Did sanctions push Iran towards a nuclear deal?
High hopes once underpinned the sixth and final round of nuclear talks between Iran and the so-called P5+1, originally due to conclude this month. But while the two sides have likely come closer on the issue of a nuclear Iran than ever before, the talks, at least in their initial intended form, now look close to failure, and it is all but certain that the initial 20 July deadline will not be met.
Iran and the six other countries - The United States, France, Britain, Russia and China plus Germany - have been in talks since late 2013, with Iran seemingly willing to negotiate on a number of key hurdles, some of which have already been overcome. The international community has long espoused that the goodwill created during the talks could lay the foundations for better relations between Iran and lead to reconciliation with the West.
As the talks process falters, analysts and commentators are once again asking, why did Iran agree to start talks in the first place, and what lessons can be learned?
Western media reports and analysts have long contended that Iran was pushed to the negotiating table by a raft of UN and other sanctions that were designed to hit the economy and the country hard.
However, several analysts have argued for years that while Iran’s “economy is hurting,” international sanctions will not deter the country’s nuclear development plans.
A temporary relief of sanctions has shown a rather muted impact on the economy, pushing many experts to conclude that a comprehensive lift of economic embargos alone, will not turn the Iranian economy around.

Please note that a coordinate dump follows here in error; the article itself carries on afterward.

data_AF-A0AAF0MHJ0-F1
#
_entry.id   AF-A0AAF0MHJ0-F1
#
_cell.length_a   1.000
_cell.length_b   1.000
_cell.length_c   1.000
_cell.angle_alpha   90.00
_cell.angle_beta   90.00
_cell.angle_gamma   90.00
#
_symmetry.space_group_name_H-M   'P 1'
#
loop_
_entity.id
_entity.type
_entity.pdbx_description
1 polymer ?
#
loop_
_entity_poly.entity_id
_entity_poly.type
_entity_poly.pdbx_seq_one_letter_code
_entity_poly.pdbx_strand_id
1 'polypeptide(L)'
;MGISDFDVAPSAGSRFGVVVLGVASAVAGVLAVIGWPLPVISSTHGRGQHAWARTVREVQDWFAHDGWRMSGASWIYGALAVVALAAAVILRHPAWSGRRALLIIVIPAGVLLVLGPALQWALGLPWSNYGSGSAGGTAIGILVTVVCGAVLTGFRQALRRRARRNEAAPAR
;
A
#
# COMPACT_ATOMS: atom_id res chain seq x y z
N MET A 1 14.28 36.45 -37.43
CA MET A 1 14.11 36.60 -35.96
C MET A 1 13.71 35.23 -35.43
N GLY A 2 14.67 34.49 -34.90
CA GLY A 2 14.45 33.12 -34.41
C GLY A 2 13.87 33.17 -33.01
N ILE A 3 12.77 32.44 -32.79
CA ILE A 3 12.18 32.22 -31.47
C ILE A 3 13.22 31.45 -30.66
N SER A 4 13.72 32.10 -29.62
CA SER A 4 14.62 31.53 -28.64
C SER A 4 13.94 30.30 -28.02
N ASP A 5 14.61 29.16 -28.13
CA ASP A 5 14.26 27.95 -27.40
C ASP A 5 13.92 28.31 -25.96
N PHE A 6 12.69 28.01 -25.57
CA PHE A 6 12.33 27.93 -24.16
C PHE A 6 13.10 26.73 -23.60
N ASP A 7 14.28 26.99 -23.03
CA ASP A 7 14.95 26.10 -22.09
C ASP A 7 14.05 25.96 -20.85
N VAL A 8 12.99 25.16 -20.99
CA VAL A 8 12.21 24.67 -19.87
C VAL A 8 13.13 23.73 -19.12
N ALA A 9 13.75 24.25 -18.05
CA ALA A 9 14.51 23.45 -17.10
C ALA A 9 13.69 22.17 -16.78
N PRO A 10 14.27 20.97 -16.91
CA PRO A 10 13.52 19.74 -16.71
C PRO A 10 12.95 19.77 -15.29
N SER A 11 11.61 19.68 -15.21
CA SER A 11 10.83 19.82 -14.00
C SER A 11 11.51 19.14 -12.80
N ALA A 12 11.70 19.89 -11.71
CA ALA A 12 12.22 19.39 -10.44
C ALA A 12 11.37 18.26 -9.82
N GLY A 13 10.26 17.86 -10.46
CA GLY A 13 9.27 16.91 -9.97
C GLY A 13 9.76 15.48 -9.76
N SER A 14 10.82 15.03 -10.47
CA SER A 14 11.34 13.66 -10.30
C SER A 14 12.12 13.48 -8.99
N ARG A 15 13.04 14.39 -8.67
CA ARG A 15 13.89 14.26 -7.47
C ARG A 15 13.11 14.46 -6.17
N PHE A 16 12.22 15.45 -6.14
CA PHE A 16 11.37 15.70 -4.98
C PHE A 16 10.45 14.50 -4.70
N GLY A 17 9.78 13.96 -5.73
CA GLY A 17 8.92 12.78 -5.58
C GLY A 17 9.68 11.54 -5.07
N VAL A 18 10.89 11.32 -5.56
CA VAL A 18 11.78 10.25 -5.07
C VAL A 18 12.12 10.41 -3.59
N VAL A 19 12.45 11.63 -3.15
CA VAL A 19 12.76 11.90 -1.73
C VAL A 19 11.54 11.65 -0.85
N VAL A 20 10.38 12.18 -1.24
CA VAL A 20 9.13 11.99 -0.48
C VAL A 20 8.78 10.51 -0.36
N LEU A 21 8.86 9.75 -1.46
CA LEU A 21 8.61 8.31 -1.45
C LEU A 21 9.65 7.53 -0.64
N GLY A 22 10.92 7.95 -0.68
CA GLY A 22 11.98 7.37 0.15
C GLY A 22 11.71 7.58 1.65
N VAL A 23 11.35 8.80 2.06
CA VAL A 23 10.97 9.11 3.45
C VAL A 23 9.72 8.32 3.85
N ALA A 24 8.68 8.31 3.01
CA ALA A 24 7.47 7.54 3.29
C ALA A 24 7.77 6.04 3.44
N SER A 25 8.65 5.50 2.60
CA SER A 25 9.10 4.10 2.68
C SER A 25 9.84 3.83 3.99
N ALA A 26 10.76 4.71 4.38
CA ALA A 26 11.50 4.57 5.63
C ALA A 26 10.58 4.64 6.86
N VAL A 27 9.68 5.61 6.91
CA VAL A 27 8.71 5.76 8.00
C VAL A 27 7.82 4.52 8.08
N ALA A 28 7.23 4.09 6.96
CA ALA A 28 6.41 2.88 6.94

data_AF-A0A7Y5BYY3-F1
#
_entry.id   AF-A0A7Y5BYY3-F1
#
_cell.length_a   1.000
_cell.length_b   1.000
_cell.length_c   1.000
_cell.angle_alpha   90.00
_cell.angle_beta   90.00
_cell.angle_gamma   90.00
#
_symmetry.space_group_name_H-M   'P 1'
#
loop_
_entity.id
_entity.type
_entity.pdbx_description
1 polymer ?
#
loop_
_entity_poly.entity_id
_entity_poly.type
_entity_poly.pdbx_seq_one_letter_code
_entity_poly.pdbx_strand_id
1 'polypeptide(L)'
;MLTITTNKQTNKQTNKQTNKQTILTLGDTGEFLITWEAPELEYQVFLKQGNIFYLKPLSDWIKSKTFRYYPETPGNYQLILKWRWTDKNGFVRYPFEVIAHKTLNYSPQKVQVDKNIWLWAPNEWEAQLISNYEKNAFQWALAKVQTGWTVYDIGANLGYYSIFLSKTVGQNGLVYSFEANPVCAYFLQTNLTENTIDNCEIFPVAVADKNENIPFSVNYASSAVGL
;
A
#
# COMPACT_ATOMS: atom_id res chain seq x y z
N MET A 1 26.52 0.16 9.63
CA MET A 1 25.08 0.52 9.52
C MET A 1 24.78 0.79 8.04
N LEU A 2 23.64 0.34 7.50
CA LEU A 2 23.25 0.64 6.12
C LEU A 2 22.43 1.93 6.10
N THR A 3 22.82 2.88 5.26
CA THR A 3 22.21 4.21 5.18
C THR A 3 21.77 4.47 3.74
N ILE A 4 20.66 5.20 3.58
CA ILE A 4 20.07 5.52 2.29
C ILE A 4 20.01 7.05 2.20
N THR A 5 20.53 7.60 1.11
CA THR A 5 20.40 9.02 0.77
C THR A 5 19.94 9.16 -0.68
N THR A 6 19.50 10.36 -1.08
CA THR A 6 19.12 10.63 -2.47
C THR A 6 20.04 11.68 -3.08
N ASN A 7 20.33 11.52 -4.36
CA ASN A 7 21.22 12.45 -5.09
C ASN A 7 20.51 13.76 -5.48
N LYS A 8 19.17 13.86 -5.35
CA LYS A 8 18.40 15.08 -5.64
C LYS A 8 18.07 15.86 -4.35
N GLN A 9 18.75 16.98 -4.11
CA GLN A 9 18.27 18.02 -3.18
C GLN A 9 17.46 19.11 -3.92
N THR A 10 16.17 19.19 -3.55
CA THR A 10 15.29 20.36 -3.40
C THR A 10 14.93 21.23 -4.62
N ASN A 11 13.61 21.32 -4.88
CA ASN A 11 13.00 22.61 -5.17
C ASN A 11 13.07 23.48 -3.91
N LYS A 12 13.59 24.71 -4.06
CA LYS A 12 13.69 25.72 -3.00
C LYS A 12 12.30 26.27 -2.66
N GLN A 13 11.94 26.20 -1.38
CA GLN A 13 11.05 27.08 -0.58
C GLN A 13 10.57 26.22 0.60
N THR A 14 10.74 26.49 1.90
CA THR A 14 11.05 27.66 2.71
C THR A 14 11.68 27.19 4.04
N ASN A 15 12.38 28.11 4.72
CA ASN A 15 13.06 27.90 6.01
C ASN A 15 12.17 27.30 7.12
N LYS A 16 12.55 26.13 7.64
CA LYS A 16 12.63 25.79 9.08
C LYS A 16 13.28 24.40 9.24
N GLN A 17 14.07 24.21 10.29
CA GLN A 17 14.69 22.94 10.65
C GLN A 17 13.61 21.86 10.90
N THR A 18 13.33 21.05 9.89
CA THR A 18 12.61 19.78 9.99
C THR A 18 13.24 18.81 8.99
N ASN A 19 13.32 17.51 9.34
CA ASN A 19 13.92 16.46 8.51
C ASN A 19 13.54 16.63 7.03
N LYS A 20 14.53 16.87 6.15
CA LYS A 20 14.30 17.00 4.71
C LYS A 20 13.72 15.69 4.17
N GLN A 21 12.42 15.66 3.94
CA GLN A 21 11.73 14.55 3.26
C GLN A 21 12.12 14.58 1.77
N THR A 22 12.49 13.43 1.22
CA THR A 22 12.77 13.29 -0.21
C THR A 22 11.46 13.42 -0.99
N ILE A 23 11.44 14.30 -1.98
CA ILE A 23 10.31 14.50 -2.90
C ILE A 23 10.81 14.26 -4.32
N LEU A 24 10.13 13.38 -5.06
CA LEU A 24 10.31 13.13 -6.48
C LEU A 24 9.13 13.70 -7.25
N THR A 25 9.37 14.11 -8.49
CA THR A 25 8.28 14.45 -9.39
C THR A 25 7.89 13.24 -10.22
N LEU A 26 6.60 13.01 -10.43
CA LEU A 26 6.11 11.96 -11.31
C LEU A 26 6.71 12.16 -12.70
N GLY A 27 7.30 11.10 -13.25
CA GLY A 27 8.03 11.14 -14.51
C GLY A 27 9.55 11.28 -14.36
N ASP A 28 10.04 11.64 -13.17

Furthermore, several analysts point to a change in culture within Iran’s ruling elite, which, they say, has driven the latest rapprochement, and encouraged Iranian policymakers to sit at the negotiating table.
Interim sanctions relief
On 24 November 2013, Iran committed to a six-month period of limited nuclear activity and intrusive UN inspections of its nuclear sites. In return, the P5+1 provided Iran with a temporary and partial lift of sanctions on several of its trade and industrial sectors - including the petrochemical industry, automotive and civil aviation manufacture, and trade in gold and other metals.
While the White House valued the temporary relief of sanctions at around $7bn, some analysts believe the relief has not had any impact on the economy.
“Nothing has been lifted essentially. There have been hopes not facts,” said Kevan Harris, associate director of Iran and Persian studies at Princeton University, about the interim sanctions relief.
Mahmoud Reza Golshanpazhooh, deputy of research at the Tehran International Studies and Research Institute, agrees.
“No tangible change has happened so far,” he told Middle East Eye.
Other observers, however, have seen subtle developments since the interim deal was struck.
“The value of the Iranian riyal against foreign currencies has been stabilised – except for a short period of time when it jumped a little. (There has also been a) flood of foreign tourists,” said Mojtaba Sadeghian, editor of the Tehran Times.
But analysts still believe that these improvements cannot be strictly associated with the temporary sanctions lift. Instead, they link these changes to a “positivity” felt by Iranians and investors, and to an internal economic reform plan that began during the final months of President Mahmoud Ahmadinejad’s term in office.